Like many Americans, I’ve reached the point in the election cycle where I’m having to actually consider what a Trump presidency would look like for the country – a notion that most of us laughed off just a few months ago. It’s a disturbing prospect.
Something that I’ve found fascinating in all of this is the general public response to Trump’s candidacy thus far. I try to follow a wide range of news sources and thought leaders – some are pretty liberal, some are pretty conservative, and a few fall in between. In the past week or so, there’s been this funny little trend, where commentators are struggling to determine how Trump’s gotten so far, and why he’s doing so well. It’s funny to me because people from all over the spectrum seem to agree that a Trump presidency would be terrible – it’s almost always treated as some looming potential disaster – and now they’re trying to figure out why this bad thing is happening and how we can stop it. The theories are varied, conflicting, and definitely interesting. But I come away from all of these articles (but especially the ones written by and for conservatives) with the same question: if a Donald Trump presidency is so obviously bad for America, then who on earth is voting for him?
Finally, I investigated – i.e., I literally Googled that question. Again, theories abound, but I did find a few statistic-laden articles that were really helpful. The New York Times had a particularly helpful account, which basically said what many of us were already thinking: when it comes to matters of race and ethnicity, Donald Trump’s supporters are statistically more intolerant than other Republicans (and presumably most Democrats).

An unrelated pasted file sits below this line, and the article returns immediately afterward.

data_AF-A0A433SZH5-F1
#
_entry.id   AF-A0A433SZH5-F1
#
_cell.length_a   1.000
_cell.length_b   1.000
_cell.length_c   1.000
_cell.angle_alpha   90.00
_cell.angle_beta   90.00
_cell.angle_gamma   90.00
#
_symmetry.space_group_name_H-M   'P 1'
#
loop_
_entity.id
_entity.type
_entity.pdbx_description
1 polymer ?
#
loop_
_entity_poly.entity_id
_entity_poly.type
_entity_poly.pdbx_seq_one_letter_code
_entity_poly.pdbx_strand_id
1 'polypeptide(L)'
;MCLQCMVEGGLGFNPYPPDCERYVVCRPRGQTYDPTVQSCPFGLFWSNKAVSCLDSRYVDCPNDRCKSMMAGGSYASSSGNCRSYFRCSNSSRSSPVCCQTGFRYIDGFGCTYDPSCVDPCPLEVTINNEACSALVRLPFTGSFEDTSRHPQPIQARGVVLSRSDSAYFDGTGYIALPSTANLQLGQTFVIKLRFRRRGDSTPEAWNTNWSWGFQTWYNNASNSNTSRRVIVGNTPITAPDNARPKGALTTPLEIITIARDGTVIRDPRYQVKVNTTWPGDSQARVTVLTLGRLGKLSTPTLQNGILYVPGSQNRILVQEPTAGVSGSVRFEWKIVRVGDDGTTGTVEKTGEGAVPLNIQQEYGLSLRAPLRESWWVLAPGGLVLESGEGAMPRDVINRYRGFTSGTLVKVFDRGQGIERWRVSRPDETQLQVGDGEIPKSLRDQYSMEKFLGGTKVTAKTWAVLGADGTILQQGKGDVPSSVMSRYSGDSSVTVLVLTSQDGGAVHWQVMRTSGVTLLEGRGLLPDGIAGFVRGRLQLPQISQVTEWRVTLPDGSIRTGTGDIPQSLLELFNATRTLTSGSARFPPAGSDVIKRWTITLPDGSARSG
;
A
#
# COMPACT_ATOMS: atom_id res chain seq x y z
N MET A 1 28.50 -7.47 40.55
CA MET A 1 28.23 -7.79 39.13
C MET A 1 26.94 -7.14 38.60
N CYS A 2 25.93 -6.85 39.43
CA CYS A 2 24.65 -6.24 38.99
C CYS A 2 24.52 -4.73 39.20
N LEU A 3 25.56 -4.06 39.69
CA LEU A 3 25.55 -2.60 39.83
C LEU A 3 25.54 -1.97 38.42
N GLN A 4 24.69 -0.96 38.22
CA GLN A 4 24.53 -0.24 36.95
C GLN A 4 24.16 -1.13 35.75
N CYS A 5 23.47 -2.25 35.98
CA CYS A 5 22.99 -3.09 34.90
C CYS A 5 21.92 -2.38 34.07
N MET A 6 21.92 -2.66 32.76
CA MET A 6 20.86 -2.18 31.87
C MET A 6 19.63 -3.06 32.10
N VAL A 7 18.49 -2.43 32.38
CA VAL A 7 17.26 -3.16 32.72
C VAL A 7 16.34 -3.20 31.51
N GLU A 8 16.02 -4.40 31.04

The data is startling: compared to the other candidates’ supporters, Trump’s are more likely to support banning Muslims from entering the US, support making Islam illegal, believe that whites are the superior race, and – get this – disagree with the Emancipation Proclamation. Most startling of this all is that this isn’t necessarily an indictment of Donald Trump himself, but of Americans as a whole. After all, the people who support him aren’t in the margins anymore, but are instead emerging as a powerful voting bloc. The aforementioned Times article summarizes this well: “it’s worth noting that (Trump) isn’t persuading voters to hold these beliefs. The beliefs were there – and have been for some time.”
The purpose of this rant isn’t actually to point fingers at Republicans, or Trump supporters, or even bigots. Instead, I have another theory to throw into the pile.
Right now, the church is in the midst of Lent, the season where we turn our gaze inward and examine the darkness within our own hearts. During this time, we’re called to acknowledge and wrestle with the sin that’s so deeply entrenched in ourselves, our families, our institutions, and our world. Normally, when something goes wrong, we look outward for the cause, point fingers, and find weakness in structures or systems. But during Lent, we try to consider the part that we as individuals play in the problem, and repent. For the purposes of this argument, let’s call Lent an annual wake-up call, a reminder that we aren’t as good as we think we are.
Donald Trump’s success is surprising and perplexing. But why wouldn’t it be? We’re always surprised and perplexed when things go wrong. We don’t have an answer for violence, or disease, or poverty, or even our own shortcomings. We have a grand vision for how things ought to be, and when reality doesn’t measure up, we find ourselves disappointed and confused.
Americans have a nasty habit of feeling superior. Case in point, Trump’s tagline is “make America great again,” but I suspect that many, if not all, of the candidates and voters want this. Which suggests that Americans believe that our country is, or was, or ought to stand out as great amongst all others. Trump’s success so far is a wake-up call in itself, like a large-scale Lent: maybe we aren’t as good as we think we are. Apparently, as a country we’re actually more racist and fearful than we thought we were just a few months ago, when people laughed at the thought of him actually standing a chance. The land of the free might just be okay with building that wall. The home of the brave is actually pretty scared of Muslims.
Again, the “we” I’m referring to isn’t just Republicans, or Trump supporters, or even bigots. Since it’s Lent, I have to be honest and recognize that all of us – starting with me – play some part in this mess.